A further purpose is to connect a structure to a driven element, to provide a grounded anchorage element which is eitectively fixed, to interpose an actuator element in operative relation between the grounded anchorage element and the driven element, and to control the motion of the driven element by a control element which in eifect measures motion per unit of force of the actuator element.

A further purpose is to make the control element respond to the relative positions of the actuator element, the driven element and the fixed element among one one another.

A further purpose is to vary the gradient.

A further purpose is to provide resilient lost motion between the actuator element and driven element.

Further purposes appear in the specification and in the claims.

In the drawings I have chosen to illustrate a few only of the numerous embodiments in which my invention may appear, selecting the forms shown from the standpoints of convenience in illustration, satisfactory op- "ice eration and clear demonstration of the principles involved.

FIGURE 1 is a diagrammatic side elevation of a structure embodying the principles of the invention, specifically a radar microwave tower useful in explaining the invention.

FIGURE 2 is a diagrammatic axial section of a hydraulic embodiment of an insistor according to the invention.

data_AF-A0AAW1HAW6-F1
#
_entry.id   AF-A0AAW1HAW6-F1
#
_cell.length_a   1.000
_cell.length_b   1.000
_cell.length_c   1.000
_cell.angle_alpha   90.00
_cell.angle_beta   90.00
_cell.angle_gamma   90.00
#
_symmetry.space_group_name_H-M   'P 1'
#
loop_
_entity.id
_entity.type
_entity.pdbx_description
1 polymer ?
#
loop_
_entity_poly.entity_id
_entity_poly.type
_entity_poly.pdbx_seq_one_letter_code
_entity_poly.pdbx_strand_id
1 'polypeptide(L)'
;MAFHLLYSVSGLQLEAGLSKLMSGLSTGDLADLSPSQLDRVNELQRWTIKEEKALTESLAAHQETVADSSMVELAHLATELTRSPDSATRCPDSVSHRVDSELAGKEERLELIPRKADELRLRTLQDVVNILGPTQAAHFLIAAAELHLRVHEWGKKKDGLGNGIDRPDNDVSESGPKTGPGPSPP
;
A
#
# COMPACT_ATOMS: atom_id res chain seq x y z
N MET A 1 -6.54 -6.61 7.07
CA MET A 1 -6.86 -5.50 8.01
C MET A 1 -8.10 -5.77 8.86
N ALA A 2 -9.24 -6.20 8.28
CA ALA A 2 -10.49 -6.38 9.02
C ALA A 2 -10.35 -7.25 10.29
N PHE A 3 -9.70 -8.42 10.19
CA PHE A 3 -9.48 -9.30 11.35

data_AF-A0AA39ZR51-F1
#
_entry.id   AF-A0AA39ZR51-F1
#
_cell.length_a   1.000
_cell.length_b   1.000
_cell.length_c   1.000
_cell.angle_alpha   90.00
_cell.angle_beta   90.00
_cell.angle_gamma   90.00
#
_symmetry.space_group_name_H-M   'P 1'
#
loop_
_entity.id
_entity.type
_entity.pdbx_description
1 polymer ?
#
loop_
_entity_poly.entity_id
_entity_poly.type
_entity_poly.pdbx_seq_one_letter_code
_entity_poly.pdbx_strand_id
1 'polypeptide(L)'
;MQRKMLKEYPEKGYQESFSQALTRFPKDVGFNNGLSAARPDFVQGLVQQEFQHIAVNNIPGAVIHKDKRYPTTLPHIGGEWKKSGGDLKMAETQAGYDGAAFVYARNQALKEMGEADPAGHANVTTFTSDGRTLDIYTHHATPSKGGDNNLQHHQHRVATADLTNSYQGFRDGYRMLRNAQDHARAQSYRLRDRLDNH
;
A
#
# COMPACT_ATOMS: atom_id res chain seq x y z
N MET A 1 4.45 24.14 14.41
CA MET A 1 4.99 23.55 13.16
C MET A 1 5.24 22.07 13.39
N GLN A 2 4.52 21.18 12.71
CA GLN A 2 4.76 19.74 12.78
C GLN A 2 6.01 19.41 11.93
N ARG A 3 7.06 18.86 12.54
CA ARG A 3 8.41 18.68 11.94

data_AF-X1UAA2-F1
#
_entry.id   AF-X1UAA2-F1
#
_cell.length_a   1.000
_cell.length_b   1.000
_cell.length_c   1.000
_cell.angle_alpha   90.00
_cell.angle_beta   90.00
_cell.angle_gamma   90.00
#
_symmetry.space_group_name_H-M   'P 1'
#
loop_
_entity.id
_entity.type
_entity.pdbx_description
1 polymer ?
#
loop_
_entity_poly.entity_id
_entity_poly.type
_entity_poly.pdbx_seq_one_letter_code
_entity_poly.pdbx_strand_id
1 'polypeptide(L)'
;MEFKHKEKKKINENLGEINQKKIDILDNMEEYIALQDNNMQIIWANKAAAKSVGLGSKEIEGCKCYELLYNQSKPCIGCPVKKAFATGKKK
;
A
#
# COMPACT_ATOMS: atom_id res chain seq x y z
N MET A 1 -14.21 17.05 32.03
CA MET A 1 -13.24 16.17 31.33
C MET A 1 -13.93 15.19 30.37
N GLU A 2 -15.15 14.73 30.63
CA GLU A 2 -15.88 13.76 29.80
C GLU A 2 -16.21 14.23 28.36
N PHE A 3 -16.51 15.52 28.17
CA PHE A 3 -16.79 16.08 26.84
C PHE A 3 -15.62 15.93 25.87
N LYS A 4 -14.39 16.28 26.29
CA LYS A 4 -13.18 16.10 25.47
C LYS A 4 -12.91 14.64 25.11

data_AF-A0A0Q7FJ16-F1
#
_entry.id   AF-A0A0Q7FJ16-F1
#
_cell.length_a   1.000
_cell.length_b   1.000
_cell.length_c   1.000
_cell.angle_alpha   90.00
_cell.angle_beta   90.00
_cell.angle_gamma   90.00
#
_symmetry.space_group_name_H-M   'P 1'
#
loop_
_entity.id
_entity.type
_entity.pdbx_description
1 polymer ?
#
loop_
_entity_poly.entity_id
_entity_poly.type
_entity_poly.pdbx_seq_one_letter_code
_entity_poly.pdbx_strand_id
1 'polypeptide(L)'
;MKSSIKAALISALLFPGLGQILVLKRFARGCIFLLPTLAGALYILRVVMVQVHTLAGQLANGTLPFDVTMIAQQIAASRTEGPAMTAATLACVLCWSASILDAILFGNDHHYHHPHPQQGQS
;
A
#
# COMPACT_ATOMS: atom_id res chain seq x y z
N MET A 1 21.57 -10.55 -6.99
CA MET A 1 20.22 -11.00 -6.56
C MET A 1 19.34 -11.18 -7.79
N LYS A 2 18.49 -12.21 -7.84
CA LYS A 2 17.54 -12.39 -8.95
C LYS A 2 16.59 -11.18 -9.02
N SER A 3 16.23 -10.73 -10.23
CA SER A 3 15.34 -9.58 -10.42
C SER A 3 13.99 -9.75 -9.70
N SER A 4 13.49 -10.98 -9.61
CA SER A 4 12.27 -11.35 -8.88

FIGURE 3 is a fragmentary diagrammatic left end elevation of the piston of FIGURE 2, corresponding in position to a section along the line 33 of FIGURE 2.

FIGURE 4 is a diagrammatic axial section of an electrical form device according to the invention using a harmonic drive.

FIGURE 5 is a fragmentary diagrammatic section on the line 55 of FIGURE 4.

FIGURE 6 is an electrical circuit diagram for the device of FIGURES 4 and 5.

FIGURE 7 is a fragmentary diagrammatic axial section of a modification of the device of FIGURES 4 to 6 which involves a planetary drive and a modified form of control element.

FIGURE 8 is a diagrammatic axial section of a further modification of the device of the invention which responds torsionally.

FIGURE 8a is a fragmentary section on the line 8a8a of FIGURE 8.

FIGURE 9 is a diagram corresponding to a transverse section through the control element of FIGURE 8 showing the operation diagrammatically.

FIGURE 10 is a series of diagrams useful in explaining the invention.

FIGURE 11 is a group of stress-strain diagrams, plotting force as the ordinate and deflection as the abscissa, which help in understanding the invention.

Describing in illustration but not in limitation and referring to the drawings: